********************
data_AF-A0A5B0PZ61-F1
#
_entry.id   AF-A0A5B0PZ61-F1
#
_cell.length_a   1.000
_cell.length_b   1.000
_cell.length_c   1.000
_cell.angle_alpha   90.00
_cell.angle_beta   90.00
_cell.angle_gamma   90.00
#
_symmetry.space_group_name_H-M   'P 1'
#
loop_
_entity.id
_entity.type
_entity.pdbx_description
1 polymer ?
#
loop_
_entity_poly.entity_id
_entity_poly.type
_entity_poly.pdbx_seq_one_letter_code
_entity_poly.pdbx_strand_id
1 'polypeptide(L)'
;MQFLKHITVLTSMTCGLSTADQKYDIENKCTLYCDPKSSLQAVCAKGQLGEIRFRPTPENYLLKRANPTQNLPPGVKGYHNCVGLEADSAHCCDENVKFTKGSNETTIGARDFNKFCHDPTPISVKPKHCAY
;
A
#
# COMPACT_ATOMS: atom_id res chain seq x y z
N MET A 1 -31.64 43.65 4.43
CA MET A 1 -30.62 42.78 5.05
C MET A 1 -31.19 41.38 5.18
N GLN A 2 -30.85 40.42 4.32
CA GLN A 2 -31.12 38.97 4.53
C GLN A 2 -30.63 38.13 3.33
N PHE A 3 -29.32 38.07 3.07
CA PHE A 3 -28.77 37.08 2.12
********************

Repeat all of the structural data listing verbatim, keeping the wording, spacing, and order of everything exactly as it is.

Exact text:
data_AF-A0A5B0PZ61-F1
#
_entry.id   AF-A0A5B0PZ61-F1
#
_cell.length_a   1.000
_cell.length_b   1.000
_cell.length_c   1.000
_cell.angle_alpha   90.00
_cell.angle_beta   90.00
_cell.angle_gamma   90.00
#
_symmetry.space_group_name_H-M   'P 1'
#
loop_
_entity.id
_entity.type
_entity.pdbx_description
1 polymer ?
#
loop_
_entity_poly.entity_id
_entity_poly.type
_entity_poly.pdbx_seq_one_letter_code
_entity_poly.pdbx_strand_id
1 'polypeptide(L)'
;MQFLKHITVLTSMTCGLSTADQKYDIENKCTLYCDPKSSLQAVCAKGQLGEIRFRPTPENYLLKRANPTQNLPPGVKGYHNCVGLEADSAHCCDENVKFTKGSNETTIGARDFNKFCHDPTPISVKPKHCAY
;
A
#
# COMPACT_ATOMS: atom_id res chain seq x y z
N MET A 1 -31.64 43.65 4.43
CA MET A 1 -30.62 42.78 5.05
C MET A 1 -31.19 41.38 5.18
N GLN A 2 -30.85 40.42 4.32
CA GLN A 2 -31.12 38.97 4.53
C GLN A 2 -30.63 38.13 3.33
N PHE A 3 -29.32 38.07 3.07
CA PHE A 3 -28.77 37.08 2.12